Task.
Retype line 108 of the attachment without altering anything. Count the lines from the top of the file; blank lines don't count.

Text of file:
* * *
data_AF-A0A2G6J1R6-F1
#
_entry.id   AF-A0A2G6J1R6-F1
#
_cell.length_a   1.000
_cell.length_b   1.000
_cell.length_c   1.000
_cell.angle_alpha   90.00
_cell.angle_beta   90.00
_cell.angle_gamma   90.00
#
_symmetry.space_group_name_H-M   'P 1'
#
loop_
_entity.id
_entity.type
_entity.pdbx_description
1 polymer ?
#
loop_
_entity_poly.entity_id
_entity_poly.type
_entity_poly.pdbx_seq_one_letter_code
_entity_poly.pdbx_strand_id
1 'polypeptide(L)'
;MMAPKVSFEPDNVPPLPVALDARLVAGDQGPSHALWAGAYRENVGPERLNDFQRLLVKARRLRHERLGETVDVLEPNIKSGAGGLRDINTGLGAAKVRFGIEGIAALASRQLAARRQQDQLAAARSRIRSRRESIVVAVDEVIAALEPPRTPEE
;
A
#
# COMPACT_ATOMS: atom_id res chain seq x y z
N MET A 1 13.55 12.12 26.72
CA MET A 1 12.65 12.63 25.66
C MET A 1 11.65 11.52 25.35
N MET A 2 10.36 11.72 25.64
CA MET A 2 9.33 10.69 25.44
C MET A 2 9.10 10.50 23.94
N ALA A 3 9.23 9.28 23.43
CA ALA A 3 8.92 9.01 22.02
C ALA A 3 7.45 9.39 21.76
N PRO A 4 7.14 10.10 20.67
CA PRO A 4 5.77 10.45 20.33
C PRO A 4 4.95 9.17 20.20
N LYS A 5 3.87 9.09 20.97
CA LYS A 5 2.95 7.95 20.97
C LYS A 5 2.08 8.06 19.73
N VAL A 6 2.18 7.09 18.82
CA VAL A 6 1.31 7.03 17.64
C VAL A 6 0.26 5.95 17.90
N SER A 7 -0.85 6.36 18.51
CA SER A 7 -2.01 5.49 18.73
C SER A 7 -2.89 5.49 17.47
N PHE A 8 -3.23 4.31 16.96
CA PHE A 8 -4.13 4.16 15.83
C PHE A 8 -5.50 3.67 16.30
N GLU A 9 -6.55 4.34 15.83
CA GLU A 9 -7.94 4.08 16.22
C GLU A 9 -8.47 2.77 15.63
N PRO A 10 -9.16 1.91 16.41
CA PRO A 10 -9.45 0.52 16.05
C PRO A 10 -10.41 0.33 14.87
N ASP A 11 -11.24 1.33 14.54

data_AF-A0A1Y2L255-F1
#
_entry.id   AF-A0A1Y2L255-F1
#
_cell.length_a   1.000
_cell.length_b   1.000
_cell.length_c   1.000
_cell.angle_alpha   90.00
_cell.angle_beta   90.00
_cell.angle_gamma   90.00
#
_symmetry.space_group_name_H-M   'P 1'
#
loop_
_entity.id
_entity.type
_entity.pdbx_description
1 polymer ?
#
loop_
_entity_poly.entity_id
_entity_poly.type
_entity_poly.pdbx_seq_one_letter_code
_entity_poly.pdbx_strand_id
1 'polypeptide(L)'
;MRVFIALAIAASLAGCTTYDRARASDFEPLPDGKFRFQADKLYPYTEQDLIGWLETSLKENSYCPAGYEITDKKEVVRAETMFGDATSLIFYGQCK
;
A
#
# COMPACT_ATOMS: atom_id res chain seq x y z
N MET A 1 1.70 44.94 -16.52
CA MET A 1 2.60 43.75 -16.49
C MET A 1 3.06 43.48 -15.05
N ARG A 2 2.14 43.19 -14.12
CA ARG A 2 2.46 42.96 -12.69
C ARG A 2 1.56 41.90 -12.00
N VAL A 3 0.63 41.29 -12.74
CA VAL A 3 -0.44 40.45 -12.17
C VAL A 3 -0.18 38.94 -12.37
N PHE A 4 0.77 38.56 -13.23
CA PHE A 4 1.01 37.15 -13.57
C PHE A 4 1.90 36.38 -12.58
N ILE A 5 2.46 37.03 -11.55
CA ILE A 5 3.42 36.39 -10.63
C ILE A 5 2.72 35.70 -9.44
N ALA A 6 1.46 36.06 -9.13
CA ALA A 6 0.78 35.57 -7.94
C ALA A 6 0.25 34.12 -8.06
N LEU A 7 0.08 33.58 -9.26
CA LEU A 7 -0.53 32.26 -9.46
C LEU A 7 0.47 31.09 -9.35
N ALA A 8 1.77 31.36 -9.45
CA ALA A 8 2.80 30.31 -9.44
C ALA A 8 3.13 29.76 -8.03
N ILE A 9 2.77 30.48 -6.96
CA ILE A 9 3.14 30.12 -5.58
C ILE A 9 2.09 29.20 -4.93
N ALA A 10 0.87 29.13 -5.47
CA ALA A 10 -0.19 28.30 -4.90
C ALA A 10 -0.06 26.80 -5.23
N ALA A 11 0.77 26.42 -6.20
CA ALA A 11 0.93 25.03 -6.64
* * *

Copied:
CA ALA A 6 0.78 35.57 -7.94